Please remember our compression tops are not binders. Depending on the size and fit you choose, they can serve very closely to a binder. But because the materials we use are made to stretch and chosen for you to be able to move, swim, and be active in freely and comfortably, they are never going to be or hold the same as a traditional chest binder.
Always check our size chart to find the size that would best fit you.
What is fashion sustainability and how do we at Outplay play our part.
The industry is changing though. Some might say not fast enough and others see a light at the end of the tunnel as change is happening. And it's happening at every level. Those who don't change will be left behind as the consumer is more educated everyday and cares more about where their clothes came from, who made it, and what it's made of.
Fashion sustainability is a growing movement in the fashion industry. It's a process of fostering real change in the fashion industry all around. Moving the fashion industry towards greater ecological integrity and social concern. And a great deal of innovation is going into crafting lower-impact fabrics.
So what makes a fashion brand a sustainable brand? Making sustainable clothing means the brand is contributing to the well-being of planet Earth by producing garments that are made from environmentally-friendly materials as well as minimizing waste (materials and water) throughout the entire process.
Making sure those in the produce each garment are paid fair living wages, forced child labor isn't being used, and everyone works in safe and clean environments. It also includes minimal exposure to chemicals that can harm workers as well as the end consumer later wearing the garment. How do we do that and still deliver a great quality product? Technology, and a lot of integrity and heart.
Wearing a garment for just nine months longer could diminish its environmental impacts by 20–30%.
Sustainable fashion isn't biggest outlet, fast fashion. It isn't cheap fashion either. But knowing no one or nothing was hurt, forced or destroyed in the making of the quality garment you can wear for a very long time is so much more valuable. Wearing something that was made by a child forced to work under horrific conditions, will last only a couple of washes, and later end up in a mountain of garbage somewhere for decades is the sad alternative. There are small changes you can make today. Think about investing in higher-quality clothing. Wear them more often and hold onto them for longer. This is the not-so-secret weapon for combatting the carbon footprint from your garments. Wearing a garment for just nine months longer could diminish its environmental impacts by 20–30%.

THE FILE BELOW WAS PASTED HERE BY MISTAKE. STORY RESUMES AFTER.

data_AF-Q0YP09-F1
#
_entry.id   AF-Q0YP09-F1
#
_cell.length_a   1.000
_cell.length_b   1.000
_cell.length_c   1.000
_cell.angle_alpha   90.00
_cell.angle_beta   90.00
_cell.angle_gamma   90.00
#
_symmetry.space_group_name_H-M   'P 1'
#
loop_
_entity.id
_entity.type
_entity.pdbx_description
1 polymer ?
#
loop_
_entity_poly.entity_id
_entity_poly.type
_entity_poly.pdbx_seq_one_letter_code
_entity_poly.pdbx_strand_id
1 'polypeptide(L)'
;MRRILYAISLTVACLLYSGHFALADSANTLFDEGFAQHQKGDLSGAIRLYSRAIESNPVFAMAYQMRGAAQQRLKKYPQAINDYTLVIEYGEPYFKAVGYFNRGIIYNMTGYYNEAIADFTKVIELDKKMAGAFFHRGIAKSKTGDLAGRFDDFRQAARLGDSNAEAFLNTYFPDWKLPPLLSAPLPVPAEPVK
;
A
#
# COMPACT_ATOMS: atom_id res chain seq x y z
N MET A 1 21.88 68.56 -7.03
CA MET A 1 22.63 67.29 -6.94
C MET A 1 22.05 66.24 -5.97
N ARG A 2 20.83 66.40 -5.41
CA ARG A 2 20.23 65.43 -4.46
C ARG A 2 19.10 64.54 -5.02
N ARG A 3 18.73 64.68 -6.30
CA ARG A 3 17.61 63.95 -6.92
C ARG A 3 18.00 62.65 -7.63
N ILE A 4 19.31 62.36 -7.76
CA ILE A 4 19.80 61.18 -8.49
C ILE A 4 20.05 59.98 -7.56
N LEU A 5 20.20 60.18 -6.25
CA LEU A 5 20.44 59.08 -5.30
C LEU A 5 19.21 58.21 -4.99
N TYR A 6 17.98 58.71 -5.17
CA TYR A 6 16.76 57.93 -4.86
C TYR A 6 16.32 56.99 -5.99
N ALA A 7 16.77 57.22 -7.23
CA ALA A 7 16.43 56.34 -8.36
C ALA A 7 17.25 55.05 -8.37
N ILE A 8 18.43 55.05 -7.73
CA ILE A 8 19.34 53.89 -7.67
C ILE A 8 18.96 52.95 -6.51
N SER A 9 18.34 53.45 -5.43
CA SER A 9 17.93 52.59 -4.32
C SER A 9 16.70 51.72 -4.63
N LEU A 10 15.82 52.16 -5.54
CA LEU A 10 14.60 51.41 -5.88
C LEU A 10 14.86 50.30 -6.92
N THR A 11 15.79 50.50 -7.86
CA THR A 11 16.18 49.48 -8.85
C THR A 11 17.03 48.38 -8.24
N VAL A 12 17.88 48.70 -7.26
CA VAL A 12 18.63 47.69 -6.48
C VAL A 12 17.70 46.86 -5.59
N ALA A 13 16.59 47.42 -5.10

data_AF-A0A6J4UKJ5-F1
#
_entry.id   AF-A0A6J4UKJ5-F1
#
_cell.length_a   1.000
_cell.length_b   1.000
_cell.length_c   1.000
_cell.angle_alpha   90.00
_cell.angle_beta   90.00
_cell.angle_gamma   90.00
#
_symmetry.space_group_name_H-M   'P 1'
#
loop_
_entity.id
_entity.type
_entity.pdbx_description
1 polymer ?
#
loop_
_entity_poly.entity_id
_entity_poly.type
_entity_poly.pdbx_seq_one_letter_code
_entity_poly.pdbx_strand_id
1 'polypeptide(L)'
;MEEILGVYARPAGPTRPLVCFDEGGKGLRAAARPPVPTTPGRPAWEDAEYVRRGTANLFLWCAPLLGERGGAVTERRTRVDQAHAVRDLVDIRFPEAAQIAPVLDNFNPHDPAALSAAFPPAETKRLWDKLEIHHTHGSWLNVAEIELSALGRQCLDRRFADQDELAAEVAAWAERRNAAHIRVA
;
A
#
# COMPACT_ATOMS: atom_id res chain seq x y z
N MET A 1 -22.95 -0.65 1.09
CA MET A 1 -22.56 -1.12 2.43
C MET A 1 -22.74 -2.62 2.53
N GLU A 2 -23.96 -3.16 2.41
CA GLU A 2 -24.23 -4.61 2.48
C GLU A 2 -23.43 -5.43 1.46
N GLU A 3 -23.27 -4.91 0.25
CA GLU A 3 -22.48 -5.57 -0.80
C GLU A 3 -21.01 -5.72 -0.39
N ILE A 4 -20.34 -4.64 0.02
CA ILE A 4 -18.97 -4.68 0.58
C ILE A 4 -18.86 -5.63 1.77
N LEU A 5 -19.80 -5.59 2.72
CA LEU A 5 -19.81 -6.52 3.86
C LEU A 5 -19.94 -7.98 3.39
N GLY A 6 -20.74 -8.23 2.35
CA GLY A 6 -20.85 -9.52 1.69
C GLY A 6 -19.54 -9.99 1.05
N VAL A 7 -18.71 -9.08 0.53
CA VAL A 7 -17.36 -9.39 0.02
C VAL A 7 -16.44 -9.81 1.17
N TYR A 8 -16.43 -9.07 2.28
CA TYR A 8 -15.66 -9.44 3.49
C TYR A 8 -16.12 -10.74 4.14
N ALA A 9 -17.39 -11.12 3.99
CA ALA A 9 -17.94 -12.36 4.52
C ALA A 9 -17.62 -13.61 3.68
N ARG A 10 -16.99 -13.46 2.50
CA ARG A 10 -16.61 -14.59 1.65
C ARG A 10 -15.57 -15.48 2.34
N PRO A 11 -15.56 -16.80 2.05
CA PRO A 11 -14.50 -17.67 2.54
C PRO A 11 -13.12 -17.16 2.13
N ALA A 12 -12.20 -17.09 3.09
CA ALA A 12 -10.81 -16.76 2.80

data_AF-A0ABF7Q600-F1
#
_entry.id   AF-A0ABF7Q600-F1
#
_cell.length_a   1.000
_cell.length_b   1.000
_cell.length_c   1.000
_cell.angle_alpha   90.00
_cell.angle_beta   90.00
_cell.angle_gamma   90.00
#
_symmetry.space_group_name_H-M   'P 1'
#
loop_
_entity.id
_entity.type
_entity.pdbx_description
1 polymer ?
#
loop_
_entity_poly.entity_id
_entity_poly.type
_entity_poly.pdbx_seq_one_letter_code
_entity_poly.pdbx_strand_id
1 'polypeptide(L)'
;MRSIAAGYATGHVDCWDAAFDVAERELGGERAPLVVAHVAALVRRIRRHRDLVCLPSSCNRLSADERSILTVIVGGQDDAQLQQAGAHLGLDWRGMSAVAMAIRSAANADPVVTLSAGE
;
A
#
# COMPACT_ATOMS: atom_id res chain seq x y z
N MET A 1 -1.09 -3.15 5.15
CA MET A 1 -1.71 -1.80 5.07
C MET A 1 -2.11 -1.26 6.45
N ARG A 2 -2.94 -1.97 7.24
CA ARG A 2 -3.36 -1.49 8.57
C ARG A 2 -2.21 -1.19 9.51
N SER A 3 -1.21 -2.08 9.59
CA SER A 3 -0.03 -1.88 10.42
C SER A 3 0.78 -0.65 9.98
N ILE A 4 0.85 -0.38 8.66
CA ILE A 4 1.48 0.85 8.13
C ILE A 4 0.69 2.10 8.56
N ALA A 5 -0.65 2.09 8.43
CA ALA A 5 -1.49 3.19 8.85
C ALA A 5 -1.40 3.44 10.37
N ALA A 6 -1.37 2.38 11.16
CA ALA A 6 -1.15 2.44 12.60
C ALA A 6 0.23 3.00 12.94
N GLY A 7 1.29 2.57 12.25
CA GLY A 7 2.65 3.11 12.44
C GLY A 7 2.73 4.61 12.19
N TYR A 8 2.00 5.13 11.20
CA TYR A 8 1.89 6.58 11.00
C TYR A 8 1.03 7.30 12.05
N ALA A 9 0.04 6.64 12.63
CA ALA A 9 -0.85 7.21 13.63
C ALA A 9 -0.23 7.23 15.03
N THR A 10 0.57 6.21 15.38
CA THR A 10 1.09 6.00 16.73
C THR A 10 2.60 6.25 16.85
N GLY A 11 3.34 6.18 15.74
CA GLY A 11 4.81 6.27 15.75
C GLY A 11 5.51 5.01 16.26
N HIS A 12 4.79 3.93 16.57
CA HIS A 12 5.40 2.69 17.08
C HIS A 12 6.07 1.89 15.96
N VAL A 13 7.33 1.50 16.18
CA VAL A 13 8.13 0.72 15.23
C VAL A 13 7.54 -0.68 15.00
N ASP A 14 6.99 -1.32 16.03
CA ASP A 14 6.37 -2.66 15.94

At Outplay we keep all of this very present with the design and production of each and every product we offer. We only work with the best factories and we visit them often. It's important to us we get to know the people making each and every one of our products. Our packaging is made out of recycled/recyclable plastics, or environmentally friendly fabrics. We work with amazing people who are constantly looking for ways to incorporate greener and more sustainable materials into our production. Our fabrics are digitally printed in order to avoid water waste and made with environmentally friendly textiles.
There is still so much to do in the fashion industry. So many more steps to take but we're in it for the long haul. For example, switching to recycled polyester fabric can help to reduce the carbon emissions. Recycled polyester releases half to a quarter of the emissions of virgin polyester. As we find more and better ways to create and make great quality clothing that is good for you and won't harm our planet, we'll bring them to you. And of course, we'll let you know what we've done to make it a bit better than before.